The University of Alaska Southeast is located in Juneau, Alaska and serves a larger number of Alaska Native/Native American students. Applicants must go to Uakjobs online, see above link.

As part of Northwestern University’s Indigenous Studies Research Initiative, the Alice Kaplan Institute for the Humanities invites applications for a tenure-track Assistant Professor position in Native American and Indigenous Studies. We seek a scholar, writer, or artist with expertise in the cultures, cultural production, and/or history of indigenous peoples, particularly, but not limited to, the native peoples of North America. This person will be jointly appointed between the Humanities Institute and an appropriate humanities-related department, and will work closely with Northwestern undergraduates and graduate students. Candidates must have completed all degree requirements for a PhD or MFA before September 1, 2016.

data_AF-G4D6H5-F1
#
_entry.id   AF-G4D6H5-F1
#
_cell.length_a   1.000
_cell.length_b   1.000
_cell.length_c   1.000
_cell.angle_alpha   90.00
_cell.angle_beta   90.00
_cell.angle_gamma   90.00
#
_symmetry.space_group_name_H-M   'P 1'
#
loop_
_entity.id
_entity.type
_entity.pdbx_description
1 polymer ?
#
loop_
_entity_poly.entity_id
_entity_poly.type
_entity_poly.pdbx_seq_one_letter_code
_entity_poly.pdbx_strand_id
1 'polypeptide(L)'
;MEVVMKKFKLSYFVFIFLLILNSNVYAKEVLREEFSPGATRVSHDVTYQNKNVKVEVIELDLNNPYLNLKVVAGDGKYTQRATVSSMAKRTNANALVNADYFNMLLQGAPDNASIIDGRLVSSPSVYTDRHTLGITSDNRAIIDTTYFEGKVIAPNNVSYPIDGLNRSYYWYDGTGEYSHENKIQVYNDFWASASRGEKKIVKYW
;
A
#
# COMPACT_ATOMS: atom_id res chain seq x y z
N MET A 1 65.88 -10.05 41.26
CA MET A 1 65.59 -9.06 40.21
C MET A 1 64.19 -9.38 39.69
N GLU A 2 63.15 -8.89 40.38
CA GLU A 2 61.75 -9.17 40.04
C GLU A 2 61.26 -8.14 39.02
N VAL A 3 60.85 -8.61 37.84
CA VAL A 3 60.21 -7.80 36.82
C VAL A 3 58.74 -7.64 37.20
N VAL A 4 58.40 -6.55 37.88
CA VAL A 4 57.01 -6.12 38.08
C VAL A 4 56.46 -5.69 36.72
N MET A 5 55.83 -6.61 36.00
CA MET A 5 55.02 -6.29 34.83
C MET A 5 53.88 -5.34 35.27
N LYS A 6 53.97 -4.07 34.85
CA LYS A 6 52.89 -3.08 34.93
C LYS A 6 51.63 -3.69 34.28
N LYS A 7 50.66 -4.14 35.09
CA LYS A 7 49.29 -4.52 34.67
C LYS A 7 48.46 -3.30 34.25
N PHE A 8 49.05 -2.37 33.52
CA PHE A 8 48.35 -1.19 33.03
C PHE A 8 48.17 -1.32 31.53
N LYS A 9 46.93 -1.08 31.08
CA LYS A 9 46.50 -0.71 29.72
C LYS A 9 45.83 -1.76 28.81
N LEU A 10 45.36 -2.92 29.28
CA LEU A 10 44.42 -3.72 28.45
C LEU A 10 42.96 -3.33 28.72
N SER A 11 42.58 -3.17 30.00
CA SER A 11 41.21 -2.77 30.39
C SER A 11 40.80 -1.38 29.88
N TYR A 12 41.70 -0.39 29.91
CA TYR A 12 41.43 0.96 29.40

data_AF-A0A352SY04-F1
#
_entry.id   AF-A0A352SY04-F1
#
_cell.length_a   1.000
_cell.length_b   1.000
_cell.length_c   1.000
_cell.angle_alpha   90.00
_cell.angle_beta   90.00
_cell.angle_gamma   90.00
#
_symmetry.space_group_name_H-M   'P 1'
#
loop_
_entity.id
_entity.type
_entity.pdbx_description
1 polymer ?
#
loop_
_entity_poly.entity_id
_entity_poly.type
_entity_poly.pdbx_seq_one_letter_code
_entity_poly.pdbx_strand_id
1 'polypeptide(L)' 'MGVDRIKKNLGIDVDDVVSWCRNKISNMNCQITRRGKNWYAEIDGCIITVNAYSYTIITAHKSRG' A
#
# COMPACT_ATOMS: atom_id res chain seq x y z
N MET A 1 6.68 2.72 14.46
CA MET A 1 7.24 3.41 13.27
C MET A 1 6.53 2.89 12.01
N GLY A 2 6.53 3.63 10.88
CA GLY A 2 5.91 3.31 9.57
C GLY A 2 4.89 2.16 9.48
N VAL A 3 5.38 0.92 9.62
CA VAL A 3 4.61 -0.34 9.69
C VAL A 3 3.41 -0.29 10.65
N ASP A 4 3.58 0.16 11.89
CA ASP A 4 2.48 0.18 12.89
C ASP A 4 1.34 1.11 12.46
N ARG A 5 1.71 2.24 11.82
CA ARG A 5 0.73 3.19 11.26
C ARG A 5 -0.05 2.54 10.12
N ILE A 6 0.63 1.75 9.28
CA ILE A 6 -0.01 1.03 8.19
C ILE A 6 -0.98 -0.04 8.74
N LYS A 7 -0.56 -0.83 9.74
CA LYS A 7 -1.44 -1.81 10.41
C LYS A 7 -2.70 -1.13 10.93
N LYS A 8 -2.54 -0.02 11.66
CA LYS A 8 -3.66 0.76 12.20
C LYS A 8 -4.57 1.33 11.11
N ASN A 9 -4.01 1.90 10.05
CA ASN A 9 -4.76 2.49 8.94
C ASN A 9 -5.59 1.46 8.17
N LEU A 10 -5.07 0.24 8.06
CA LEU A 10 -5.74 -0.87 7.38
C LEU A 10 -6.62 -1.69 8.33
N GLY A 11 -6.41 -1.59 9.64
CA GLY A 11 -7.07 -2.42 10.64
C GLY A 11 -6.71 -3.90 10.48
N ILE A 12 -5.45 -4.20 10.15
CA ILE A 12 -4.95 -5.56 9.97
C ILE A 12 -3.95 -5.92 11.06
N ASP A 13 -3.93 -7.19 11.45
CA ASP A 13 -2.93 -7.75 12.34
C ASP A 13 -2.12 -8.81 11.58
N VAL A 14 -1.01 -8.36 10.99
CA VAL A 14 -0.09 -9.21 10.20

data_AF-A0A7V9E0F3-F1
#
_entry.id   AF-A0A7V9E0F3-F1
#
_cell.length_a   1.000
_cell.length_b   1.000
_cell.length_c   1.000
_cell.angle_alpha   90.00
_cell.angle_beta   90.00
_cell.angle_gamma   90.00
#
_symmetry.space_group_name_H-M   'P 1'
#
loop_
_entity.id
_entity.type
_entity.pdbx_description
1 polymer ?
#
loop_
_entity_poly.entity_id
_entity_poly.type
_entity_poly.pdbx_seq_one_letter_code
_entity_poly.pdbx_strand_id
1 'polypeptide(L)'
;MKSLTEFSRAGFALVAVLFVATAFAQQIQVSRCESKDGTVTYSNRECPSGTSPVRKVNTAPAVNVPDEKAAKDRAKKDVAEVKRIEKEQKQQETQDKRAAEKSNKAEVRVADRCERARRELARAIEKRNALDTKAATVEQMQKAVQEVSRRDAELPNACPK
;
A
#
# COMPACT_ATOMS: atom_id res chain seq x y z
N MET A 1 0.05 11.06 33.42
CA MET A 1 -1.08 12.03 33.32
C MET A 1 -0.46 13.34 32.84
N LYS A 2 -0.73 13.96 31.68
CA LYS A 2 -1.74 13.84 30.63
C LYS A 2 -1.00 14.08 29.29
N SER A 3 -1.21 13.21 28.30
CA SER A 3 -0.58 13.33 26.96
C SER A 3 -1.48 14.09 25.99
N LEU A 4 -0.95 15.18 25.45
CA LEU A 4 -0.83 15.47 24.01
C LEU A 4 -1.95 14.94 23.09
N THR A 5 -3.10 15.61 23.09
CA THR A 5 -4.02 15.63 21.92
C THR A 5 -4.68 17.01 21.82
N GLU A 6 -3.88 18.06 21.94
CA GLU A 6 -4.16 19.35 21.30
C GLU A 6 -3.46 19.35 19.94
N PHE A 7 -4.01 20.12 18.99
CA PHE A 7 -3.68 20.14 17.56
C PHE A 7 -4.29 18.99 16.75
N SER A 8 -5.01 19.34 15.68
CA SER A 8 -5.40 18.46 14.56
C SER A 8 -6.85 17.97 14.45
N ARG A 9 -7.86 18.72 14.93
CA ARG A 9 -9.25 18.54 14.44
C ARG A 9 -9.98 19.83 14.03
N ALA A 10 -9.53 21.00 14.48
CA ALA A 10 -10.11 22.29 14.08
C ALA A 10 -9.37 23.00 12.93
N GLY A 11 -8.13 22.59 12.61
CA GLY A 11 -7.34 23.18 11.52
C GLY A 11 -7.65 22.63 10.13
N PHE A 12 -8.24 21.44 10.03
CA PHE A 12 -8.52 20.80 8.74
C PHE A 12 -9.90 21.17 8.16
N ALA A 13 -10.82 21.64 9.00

Northwestern’s home region—the Greater Chicago area—is full of rich potential for scholars working in the field of Native American and Indigenous Studies, including close collaboration with the Newberry Library’s D’Arcy McNickle Center for American Indian and Indigenous Studies, The American Indian Center of Chicago, the Mitchell Museum of the American Indian, and Great Lakes native communities.

For more information, including instructions for how to submit an application, visit the Kaplan Institute’s website: http://www.humanities.northwestern.edu/people/open-positions/

Applications will be accepted online only. Application materials include a cover letter, CV, writing sample of approximately 25 pages or comparable evidence of scholarly or artistic accomplishment, and the names and e-mail addresses of three references, whom we will contact for letters of recommendation. The search committee will begin reviewing applications on December 1, 2015, and the search will remain open until an offer is accepted. Inquiries about the search may be sent to This email address is being protected from spambots. You need JavaScript enabled to view it..

Northwestern University is an Equal Opportunity/Affirmative Action Employer of all protected classes including veterans and individuals with disabilities. Women and minorities are encouraged to apply. Hiring is contingent upon eligibility to work in the United States.